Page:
Gordon Tanner was seventeen when he found himself thrust before a microphone, fiddle in hand, at a makeshift Bluebird recording studio in San Antonio’s Texas Hotel. He was a long way from North Georgia. His father Gid—chicken farmer, contest fiddler, and cofounder of the original Skillet Lickers band in 1926—stood beside him, along with the blind guitarist and singer Riley Puckett, a prolific recording artist and bona fide hillbilly star. The rest of the band’s original lineup had changed by 1934, leaving Gordon to take the lead instrumental role previously occupied by Skillet Lickers fiddlers Clayton McMichen, Bert Layne, and the one-handed Lowe Stokes, who played with a prosthetic bow holder after his right hand was shot off during a fight.
Frank Walker, the cigar-chomping A&R man at Columbia Records who signed Bessie Smith (and later, at MGM, Hank Williams), is largely credited with assembling the Skillet Lickers. Based upon his success with Smith, Walker had been put in charge of Columbia’s new “Old Familiar Tunes” catalog in 1925, a collection of what we would now describe as country music. He built Columbia’s catalog swiftly and steadily, going head-to-head with Ralph Peer’s work at Okeh and Victor Records. In 1923, Peer had scored the first real commercial success in country music with his recordings of Atlanta’s Fiddlin’ John Carson, so naturally Walker set his sights on Gid Tanner, Carson’s rival at the Georgia Old-Time Fiddlers’ Convention.
Tanner came to New York several times in 1924 to record for Columbia, bringing his friend Riley Puckett along with him. Within a couple of years, Puckett became one of Walker’s biggest country stars, the “King of the Hillbillies,” whose mellifluous baritone and powerful delivery proved a successful vehicle for the parlor and novelty songs still popular in the mid-1920s. (“We don’t need Jimmie Rodgers,” Walker reportedly quipped, upon hearing Peer’s recordings from the Bristol sessions. “We’ve got Riley Puckett.”)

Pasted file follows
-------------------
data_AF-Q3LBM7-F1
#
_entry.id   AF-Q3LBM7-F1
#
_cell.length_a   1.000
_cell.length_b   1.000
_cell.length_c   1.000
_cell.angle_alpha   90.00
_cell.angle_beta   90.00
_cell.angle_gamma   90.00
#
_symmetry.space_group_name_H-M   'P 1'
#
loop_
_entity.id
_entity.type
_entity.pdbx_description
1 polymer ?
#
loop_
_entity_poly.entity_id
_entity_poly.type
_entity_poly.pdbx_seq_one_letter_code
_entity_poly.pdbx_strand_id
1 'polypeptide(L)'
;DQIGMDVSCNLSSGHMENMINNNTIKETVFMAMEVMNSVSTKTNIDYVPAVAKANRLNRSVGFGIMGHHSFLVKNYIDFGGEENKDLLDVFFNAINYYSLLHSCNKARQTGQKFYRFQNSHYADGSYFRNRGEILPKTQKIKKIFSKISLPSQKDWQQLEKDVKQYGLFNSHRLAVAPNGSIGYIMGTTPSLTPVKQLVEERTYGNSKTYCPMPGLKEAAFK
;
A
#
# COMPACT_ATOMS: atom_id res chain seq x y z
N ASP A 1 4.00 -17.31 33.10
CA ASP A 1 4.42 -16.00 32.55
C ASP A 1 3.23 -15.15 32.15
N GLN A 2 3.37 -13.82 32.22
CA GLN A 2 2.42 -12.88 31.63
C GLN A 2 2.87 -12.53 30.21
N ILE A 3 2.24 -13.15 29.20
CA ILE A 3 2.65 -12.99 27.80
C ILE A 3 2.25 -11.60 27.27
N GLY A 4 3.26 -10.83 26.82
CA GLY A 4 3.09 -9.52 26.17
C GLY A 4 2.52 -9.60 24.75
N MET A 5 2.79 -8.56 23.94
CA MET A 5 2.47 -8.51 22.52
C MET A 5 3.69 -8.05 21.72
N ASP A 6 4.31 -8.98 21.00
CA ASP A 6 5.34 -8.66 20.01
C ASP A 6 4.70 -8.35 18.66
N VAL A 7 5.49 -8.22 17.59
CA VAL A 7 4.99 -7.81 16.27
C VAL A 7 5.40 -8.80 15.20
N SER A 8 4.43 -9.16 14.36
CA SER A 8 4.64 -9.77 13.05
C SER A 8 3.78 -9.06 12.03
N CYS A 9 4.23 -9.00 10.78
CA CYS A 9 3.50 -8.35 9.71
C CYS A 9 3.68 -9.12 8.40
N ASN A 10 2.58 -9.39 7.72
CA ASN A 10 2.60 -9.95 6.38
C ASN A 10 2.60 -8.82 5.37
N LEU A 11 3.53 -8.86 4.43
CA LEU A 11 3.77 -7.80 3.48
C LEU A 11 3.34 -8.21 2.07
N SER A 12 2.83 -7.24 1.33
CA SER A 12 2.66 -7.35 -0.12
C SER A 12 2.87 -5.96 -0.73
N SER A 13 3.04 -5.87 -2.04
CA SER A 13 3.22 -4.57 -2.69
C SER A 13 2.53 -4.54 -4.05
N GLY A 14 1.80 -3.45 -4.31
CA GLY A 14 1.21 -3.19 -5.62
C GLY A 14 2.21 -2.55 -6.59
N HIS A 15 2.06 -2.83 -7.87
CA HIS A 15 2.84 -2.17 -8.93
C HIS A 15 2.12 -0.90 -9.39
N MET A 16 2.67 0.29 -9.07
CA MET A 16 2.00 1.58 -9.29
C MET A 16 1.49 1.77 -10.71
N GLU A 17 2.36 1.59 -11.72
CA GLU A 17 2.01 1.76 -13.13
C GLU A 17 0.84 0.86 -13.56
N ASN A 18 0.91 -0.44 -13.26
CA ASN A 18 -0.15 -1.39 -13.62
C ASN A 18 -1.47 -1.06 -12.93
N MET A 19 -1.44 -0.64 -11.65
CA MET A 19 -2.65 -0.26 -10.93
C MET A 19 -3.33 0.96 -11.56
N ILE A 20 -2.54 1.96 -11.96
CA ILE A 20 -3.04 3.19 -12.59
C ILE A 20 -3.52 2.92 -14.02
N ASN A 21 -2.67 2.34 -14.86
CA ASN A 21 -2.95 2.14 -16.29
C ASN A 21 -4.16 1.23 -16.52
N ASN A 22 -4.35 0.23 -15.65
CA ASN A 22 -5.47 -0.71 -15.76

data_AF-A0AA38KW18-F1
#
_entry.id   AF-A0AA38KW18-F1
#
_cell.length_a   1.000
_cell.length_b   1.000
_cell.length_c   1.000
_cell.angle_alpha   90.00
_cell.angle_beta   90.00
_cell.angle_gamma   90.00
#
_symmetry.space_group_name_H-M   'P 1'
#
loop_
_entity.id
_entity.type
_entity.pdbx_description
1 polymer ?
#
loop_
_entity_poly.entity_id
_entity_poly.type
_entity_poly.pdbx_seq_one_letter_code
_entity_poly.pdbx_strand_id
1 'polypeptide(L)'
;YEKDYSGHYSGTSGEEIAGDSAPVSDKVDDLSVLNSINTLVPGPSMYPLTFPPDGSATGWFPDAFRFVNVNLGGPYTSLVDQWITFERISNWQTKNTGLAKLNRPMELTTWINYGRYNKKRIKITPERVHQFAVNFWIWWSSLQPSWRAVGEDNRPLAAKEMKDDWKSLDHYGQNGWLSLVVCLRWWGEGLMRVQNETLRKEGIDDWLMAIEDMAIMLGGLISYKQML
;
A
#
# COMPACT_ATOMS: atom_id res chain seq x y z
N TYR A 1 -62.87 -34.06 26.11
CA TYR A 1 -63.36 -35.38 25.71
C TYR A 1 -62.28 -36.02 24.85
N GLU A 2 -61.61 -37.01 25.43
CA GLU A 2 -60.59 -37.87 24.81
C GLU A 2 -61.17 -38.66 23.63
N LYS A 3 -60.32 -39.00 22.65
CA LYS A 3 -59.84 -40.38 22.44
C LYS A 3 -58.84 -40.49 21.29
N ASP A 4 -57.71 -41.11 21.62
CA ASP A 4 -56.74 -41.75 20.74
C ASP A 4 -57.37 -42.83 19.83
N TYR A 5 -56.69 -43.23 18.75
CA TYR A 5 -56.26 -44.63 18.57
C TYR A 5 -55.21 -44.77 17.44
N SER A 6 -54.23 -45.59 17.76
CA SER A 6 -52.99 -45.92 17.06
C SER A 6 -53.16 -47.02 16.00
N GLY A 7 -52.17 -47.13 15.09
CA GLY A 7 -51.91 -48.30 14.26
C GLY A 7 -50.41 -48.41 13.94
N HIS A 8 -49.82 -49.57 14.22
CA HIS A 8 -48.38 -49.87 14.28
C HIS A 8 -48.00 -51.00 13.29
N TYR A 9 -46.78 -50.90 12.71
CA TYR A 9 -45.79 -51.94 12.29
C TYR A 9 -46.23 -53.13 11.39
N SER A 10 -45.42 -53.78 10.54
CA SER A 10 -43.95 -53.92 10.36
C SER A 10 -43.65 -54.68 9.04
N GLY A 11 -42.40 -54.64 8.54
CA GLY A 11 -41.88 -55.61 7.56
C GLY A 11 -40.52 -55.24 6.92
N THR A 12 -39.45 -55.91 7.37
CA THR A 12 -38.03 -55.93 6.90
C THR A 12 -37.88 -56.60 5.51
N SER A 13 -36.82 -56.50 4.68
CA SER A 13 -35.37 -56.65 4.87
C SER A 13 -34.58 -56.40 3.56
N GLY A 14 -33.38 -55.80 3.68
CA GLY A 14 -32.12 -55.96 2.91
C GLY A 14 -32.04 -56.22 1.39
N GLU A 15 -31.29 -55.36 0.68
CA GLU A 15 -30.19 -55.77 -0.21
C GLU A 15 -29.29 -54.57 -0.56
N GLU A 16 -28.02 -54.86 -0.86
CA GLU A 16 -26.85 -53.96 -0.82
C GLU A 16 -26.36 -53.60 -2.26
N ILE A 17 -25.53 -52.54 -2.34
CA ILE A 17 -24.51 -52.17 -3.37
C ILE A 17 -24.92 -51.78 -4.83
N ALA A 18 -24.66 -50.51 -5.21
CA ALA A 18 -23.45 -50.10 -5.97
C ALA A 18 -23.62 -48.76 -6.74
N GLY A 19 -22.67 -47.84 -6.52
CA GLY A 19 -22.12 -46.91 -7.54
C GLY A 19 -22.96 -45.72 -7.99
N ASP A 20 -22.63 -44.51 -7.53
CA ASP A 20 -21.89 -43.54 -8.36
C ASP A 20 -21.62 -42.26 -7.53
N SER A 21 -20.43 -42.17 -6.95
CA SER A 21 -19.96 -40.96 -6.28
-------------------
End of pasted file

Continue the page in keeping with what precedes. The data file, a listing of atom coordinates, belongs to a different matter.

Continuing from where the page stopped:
Walker liked the musical combination of Puckett and Tanner, and saw an opportunity to bring together two of Atlanta’s best-known musicians to create a hit machine for his record company. Of course, he understood that Gid’s popularity was based largely on cut-up showmanship rather than musical prowess, on his ability to perform comedic tricks onstage and imitate a wide variety of voices. To add some fiddle chops to the group, Walker snagged Clayton McMichen, a younger, hipper, and jazzier virtuoso who had been building his own fan base as leader of the Hometown Boys on Atlanta’s WSB radio.
Walker’s instincts paid off. From their recording debut in 1926 to their departure from Columbia in 1931, the Skillet Lickers were one of the most commercially successful string bands in the nation. Their sound was like no other—a wildly careening juggernaut, insanely contrapuntal, and, although their repertoire was largely made up of dance tunes, not particularly danceable.
In the Skillet Lickers’ arrangements, two, sometimes three, fiddles pretended to play together, but diverse abilities and stylistic chasms kept them apart just enough to dilate the melody, replacing its clear line with a dissonant, snaking heterophony worthy of Tibetan oboe music. Puckett, meanwhile, took advantage of his proximity to the microphone as lead singer to assert his powerful and eccentric bass-string runs on guitar, deliberately letting his phrasing fall out of sync with that of the fiddles. As each musician vied for attention, it was a thrilling contest of wills, an electrifying and precarious frenzy. Even today, the joy and excitement of listening to those classic Columbia sides lie in the music’s inherent instability, the feeling that the whole enterprise might come crashing down at any moment.
By the time Gordon Tanner joined the group, it was the dark days of the Depression, and the raucous bands that had been so popular over the previous decade—none more than the Skillet Lickers—were losing their appeal in the face of country crooners, cowboy singers, and sweet brother duets. But this music was Gordon’s family legacy. The Bluebird session was as much a beginning for him as it was a swan song for hillbilly music’s first supergroup.